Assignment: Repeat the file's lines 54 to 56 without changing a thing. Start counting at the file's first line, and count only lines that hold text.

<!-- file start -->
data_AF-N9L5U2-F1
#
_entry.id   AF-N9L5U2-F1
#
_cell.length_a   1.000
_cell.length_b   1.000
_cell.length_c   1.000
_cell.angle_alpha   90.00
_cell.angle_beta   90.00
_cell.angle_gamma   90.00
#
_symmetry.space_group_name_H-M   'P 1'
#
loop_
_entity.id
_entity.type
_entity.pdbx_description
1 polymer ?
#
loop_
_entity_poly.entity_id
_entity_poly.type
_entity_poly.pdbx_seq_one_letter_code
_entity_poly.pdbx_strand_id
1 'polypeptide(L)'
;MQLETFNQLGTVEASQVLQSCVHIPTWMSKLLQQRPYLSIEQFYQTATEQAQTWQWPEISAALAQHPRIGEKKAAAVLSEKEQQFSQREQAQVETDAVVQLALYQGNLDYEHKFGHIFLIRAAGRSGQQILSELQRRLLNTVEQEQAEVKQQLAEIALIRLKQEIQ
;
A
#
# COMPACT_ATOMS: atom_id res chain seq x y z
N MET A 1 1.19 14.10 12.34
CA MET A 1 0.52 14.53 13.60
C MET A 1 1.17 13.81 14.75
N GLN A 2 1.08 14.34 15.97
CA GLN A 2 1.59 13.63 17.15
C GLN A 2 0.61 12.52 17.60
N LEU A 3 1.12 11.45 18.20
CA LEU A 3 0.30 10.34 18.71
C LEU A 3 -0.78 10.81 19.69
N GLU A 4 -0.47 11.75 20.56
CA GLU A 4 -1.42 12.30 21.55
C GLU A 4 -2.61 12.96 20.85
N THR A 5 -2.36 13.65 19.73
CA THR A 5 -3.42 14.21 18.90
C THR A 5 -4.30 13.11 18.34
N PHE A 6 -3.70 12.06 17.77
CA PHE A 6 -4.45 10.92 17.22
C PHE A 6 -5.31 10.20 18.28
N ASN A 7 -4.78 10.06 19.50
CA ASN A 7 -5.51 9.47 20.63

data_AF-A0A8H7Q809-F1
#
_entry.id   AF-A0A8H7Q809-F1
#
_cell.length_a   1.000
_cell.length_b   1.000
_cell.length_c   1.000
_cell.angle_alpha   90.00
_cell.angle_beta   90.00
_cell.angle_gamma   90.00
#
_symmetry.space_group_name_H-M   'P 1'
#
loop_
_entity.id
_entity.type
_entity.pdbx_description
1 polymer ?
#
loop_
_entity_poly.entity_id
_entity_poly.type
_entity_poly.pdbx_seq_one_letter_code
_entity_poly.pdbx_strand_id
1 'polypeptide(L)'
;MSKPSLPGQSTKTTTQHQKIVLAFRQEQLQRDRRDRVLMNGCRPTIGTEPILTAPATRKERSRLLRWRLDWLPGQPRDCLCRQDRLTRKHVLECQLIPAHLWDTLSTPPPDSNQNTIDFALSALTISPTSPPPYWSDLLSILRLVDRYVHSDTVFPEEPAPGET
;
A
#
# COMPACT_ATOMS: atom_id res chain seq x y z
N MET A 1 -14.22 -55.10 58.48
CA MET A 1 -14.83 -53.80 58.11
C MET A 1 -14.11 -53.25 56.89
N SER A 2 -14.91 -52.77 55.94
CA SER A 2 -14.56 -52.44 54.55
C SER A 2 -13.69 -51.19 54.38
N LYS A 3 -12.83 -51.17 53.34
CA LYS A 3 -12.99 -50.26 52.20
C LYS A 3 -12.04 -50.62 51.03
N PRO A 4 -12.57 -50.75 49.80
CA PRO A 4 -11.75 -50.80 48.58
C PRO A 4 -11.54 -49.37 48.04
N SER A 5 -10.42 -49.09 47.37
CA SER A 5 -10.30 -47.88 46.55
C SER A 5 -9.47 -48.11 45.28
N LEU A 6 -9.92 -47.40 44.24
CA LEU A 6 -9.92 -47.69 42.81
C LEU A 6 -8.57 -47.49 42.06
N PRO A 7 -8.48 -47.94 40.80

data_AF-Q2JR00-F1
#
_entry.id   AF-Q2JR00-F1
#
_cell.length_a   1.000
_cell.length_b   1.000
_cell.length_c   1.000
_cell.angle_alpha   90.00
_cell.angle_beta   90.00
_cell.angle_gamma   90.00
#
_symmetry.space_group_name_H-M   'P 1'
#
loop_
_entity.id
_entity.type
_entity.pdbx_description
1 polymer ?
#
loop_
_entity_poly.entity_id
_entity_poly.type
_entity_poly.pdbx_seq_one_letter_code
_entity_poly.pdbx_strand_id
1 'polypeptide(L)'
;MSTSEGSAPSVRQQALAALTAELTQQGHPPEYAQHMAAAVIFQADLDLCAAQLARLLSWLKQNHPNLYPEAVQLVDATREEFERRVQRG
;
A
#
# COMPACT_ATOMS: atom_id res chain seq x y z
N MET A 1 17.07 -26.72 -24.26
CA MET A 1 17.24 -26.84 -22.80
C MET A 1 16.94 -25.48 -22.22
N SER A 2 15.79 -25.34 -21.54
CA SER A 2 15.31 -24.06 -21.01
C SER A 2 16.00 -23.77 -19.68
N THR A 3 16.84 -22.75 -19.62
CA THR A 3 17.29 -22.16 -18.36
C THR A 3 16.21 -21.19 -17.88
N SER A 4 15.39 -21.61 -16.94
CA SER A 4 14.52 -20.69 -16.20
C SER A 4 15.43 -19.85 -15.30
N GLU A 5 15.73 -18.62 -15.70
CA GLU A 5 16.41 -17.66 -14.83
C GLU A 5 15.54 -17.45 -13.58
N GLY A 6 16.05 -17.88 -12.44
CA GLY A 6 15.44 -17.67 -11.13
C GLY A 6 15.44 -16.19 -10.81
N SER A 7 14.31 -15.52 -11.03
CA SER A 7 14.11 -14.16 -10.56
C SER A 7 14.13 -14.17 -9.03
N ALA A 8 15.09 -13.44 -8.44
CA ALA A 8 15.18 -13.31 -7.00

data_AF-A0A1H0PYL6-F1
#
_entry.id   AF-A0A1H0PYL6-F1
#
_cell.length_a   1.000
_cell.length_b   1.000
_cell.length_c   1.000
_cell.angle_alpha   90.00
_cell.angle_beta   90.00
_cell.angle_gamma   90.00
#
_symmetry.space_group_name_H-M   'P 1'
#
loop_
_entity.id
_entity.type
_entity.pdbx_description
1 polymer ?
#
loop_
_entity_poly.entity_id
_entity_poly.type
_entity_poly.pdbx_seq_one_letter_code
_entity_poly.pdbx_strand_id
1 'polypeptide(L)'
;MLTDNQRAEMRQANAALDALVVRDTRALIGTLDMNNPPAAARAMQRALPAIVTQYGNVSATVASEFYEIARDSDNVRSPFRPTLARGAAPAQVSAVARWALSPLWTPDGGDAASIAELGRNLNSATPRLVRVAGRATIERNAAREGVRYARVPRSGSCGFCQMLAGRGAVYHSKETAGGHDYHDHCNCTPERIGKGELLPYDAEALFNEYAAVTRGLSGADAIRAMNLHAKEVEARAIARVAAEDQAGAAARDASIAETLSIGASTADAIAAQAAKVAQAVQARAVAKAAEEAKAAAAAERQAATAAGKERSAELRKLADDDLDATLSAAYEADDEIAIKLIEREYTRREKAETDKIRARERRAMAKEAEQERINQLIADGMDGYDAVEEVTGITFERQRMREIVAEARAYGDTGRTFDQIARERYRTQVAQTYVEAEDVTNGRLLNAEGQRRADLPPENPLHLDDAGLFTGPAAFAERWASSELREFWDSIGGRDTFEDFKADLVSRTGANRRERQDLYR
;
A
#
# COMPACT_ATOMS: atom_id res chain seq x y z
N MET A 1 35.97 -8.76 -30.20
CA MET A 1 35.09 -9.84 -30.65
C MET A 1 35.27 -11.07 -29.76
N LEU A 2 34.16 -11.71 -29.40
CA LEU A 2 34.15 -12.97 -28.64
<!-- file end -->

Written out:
#
_cell.length_a   1.000
_cell.length_b   1.000